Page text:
Vegetable Gardens

With a flower garden already in the works, you might also try growing a vegetable garden. These gardens can rightfully be considered part of the lawn, and they are sure to win your entire residence extra accolades. Tomatoes, cucumbers, bell peppers, and a variety of herbs can be grown through the summer and harvested in the fall. If you are in the sharing mood, you might even surprise your neighbors with a basket of fresh vegetables straight from the garden. As a food enthusiast, you can also produce fresh salads, salsas, and casseroles for your family.

Your Lawn as an Extension of Your Home

As you work to elevate the curb appeal of your home, you should not be afraid to think outside the box. Though lawn care is important, you might also incorporate flower gardens, stone paths, and other interesting landscaping ideas. With a yard that exudes elegance and sophistication, your property should become one of the true jewels of the community.

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The Lawn Enthusiast – Philip Brown

We are honored to have a new Guest Writer Philip Brown who blogs over at The Lawn Enthusiast! Philip Brown is a lover of green, healthy lawns. A former lawn care professional, Philip now spends his time sharing what he knows with others and blogging about it at The Lawn Enthusiast. I have spent some time at his website and found some incredible information that I am sure you will enjoy. Please check him out – and I look forward to sharing more from him in the near future.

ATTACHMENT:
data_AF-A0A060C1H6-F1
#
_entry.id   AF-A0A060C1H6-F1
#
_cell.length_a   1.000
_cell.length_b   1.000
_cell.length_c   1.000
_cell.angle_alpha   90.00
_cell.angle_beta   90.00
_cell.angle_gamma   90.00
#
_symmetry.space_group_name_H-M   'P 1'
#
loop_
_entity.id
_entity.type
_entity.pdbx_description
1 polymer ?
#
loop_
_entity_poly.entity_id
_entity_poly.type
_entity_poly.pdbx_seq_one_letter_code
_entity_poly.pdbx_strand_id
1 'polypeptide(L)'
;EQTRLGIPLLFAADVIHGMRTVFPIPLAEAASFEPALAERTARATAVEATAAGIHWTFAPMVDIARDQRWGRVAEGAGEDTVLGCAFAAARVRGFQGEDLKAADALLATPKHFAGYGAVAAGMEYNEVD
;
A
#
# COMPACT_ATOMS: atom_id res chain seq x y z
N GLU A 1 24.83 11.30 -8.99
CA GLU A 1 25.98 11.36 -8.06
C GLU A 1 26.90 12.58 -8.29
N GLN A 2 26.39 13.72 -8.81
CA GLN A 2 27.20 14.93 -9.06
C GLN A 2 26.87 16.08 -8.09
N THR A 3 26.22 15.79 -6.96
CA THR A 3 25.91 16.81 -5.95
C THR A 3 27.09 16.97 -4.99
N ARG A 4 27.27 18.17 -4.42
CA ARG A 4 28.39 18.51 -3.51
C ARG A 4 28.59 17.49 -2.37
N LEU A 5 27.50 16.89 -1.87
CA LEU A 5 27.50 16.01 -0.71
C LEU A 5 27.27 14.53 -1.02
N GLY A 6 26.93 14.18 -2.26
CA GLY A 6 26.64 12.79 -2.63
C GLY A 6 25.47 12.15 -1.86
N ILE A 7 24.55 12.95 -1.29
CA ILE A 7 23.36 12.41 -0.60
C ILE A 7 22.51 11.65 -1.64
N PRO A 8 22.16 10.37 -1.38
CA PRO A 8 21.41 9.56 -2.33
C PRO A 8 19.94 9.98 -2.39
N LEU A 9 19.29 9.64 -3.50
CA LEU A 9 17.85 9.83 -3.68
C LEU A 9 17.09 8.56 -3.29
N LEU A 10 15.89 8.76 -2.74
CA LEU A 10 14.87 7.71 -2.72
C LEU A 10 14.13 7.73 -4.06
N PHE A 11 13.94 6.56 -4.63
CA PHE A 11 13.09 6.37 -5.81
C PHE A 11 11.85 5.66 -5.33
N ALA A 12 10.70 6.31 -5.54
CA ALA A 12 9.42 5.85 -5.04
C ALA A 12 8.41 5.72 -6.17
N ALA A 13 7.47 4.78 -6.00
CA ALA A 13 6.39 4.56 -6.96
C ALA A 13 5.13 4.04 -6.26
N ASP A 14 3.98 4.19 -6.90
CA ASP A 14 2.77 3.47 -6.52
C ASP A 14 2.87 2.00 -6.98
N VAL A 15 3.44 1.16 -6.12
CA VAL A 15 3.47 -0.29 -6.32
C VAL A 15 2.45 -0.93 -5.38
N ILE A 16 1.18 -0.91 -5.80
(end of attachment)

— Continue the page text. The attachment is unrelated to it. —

How To Plant A Tree In Your Yard by Guest Writer Philip Brown

How To Plant A Tree In Your Yard

Planting a tree is not just a matter of digging a hole and dropping it in. If you want your tree to have healthy growth, then that will require patience and careful preparation. Take a look at these steps for how to grow a strong and healthy tree in your yard.

  • Choose the species carefully and plant at the right time of year. Select a species that is native to the area. Plant your tree during its dormant phase, which is usually over the winter, somewhere between late autumn and early spring. This will allow it to establish itself in time for the growing season.medium_4975718208
  • Choose a site for your tree. Make sure to avoid any cables or pipes and to choose a sunny area. Dig a hole that is about 5 times the width of the tree’s root ball so that it has plenty of space to spread its roots. Dig the hole with a raised section in the center for the root ball to sit on – this will keep it out of any water that may collect and in turn stop the tree from drowning. Loosen the dirt around the edges of the hole to allow the roots to spread out more easily.
  • Remove the tree from its container by gently tipping it out of the pot or cutting the side of the bag from the roots. You can leave a mesh container on as the roots will grow through the holes and it will help keep the soil together. Remember, you want to keep as much of the existing soil on the root ball as possible. As you are handling the tree, be sure not to leave the roots exposed to the sun or wind as they may get dried out and damaged.
  • Plant the tree. Place the tree in the hole and check the height. All of the roots should be covered, but the trunk should remain fully exposed. Add some manure into the hole to feed the tree as it grows, and add water. Mulch around the tree to keep weeds away and moisture in, but take care not to touch the tree trunk with the mulching or it could rot. Water again after an hour or so. Then water regularly until the tree is fully established.

With a little bit of planning and some care, you will have a tree that will last for many years.

About the Author: Philip Brown is a lover of green, healthy lawns. A former lawn care professional, Philip now spends his time sharing what he knows with others and blogging about it at The Lawn Enthusiast.